Egg Nutrition & Calories

Egg Nutrition Facts

Eggs are one of nature’s most nutrient-dense foods.  One large (53g) Grade-A egg contains 6g of protein and only 70 calories.  Canada’s Food Guide considers 2 eggs to be one serving from the Meat and Alternatives food group.

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Protein

Eggs are one of the few foods considered to be a complete protein, because they contain all 9 essential amino acids.  Amino acids are considered ‘building blocks for the body’ because they help form protein.

In addition to giving you energy, your body uses the protein found in eggs to:

  • build and repair body tissues and cells
  • build and maintain healthy muscles
  • grow strong hair and nails
  • help fight infections
  • help keep your body fluids in balance

To maintain a healthy, balanced diet, Canada’s Food Guide recommends eating 1-3 servings of Meat and Alternatives every day, depending on age and gender.  This includes a variety of protein sources, such as meat, poultry, fish, beans and eggs.

Nutrients

Eggs are not only an excellent source of high quality protein, but they also contain many vitamins and minerals:

Nutrient Benefit
Protein Essential for building and repairing muscles, organs, skin, hair and other body tissues; needed to produce hormones, enzymes and antibodies; the protein in eggs is easily absorbed by the body
Iron Carries oxygen to the cells; helps prevent anemia – the iron in eggs is easily absorbed by the body
Vitamin A Helps maintain healthy skin and eye tissue; assists in night vision
Vitamin D Strengthens bones and teeth; may help protect against certain cancers and auto-immune diseases
Vitamin E An antioxidant that plays a role in maintaining good health and preventing disease
Vitamin B12 Helps protect against heart disease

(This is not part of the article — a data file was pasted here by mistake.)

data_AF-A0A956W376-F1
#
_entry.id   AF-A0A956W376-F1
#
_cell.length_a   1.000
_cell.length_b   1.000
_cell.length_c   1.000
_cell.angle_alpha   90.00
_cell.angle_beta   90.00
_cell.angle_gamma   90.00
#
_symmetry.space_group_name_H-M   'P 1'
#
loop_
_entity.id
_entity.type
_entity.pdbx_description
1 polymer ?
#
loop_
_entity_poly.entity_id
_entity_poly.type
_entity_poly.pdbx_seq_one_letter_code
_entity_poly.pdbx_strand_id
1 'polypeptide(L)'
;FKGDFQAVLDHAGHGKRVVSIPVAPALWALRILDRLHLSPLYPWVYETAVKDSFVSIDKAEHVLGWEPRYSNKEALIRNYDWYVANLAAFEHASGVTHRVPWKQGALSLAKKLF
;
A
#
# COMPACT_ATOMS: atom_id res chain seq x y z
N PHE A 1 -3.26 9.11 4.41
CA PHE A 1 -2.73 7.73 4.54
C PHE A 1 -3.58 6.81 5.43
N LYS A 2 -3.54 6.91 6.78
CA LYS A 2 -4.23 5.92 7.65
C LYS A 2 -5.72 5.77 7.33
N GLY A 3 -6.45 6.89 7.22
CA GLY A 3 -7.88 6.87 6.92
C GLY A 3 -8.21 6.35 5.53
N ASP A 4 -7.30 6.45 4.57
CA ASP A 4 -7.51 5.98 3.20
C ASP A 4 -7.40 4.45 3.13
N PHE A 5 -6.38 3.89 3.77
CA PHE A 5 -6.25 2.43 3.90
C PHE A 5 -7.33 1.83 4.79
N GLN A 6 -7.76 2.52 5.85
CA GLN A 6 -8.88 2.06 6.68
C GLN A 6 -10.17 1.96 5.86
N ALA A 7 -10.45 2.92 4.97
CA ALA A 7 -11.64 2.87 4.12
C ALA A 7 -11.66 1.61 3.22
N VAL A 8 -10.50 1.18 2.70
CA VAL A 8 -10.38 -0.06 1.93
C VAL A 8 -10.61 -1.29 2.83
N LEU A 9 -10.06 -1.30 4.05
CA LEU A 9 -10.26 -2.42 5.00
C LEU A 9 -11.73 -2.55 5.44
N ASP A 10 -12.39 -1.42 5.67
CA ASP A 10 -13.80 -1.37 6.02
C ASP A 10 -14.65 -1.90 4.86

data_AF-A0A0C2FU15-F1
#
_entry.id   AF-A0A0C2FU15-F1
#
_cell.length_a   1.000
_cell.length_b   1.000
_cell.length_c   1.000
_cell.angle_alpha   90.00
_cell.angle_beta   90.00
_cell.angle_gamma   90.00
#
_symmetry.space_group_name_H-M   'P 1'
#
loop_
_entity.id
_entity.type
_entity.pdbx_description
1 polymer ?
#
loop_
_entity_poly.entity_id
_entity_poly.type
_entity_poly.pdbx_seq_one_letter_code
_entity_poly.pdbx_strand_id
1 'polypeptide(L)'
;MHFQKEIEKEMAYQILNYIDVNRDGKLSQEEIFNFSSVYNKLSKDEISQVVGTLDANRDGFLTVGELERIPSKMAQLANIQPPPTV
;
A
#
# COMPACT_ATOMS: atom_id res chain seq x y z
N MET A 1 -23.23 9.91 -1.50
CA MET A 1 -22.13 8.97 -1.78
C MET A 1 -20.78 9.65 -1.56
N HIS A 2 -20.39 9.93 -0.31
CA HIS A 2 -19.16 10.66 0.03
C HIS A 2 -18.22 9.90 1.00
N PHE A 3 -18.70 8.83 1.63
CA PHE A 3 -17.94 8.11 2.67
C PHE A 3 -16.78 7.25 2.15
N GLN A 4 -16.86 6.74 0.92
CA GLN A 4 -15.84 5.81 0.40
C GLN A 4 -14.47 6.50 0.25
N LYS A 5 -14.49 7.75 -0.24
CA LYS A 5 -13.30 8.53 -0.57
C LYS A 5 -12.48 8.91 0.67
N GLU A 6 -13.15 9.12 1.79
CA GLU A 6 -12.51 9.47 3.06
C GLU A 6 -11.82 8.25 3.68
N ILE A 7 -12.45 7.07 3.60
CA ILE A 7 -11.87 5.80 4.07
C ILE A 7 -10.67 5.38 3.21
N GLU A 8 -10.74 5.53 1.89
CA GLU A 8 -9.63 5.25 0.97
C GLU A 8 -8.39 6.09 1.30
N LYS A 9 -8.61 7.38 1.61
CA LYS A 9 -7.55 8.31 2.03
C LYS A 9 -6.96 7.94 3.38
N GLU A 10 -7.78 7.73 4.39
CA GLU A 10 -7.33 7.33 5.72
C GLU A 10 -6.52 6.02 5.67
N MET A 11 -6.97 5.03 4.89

Folate Helps produce and maintain new cells; helps prevent a type of anemia; helps protect against serious birth defects if taken prior to pregnancy and during the first three months of pregnancy
Selenium Works with Vitamin E to act as an antioxidant to help prevent the breakdown of body tissues
Lutein & Zeaxanthin Maintains good vision; may reduce the risk of age-related eye disease, such as cataracts and macular degeneration
Choline Plays a strong role in brain development and function

Cholesterol

An egg a day is ok!

If you’ve been avoiding eggs because of concerns linking them to dietary cholesterol and coronary heart disease, it’s time to reconsider.  The latest research shows that dietary cholesterol, like what’s in eggs, has very little effect on your blood cholesterol levels.  Healthy adults can enjoy an egg every day without increasing their risk of heart disease.

According to the American Heart Association, lutein found in egg yolks also protects against the progress of early heart disease.

For more information to help you better understand and manage your cholesterol, visit www.aneggadayisok.ca

Omega-3

Omega-3s are a type of polyunsaturated fat, or healthy fat, known to protect your heart.  They are essential for good health, but our bodies do not naturally produce them, which is why we have to eat them from foods such as salmon, certain types of oils and nuts, and Omega-3 eggs.

Omega-3 eggs are produced by feeding hens a diet containing flaxseed, a known source of Omega-3.  Flaxseed naturally contains alpha-linolenic acid (ALA), a plant-based type of Omega-3 fatty acid.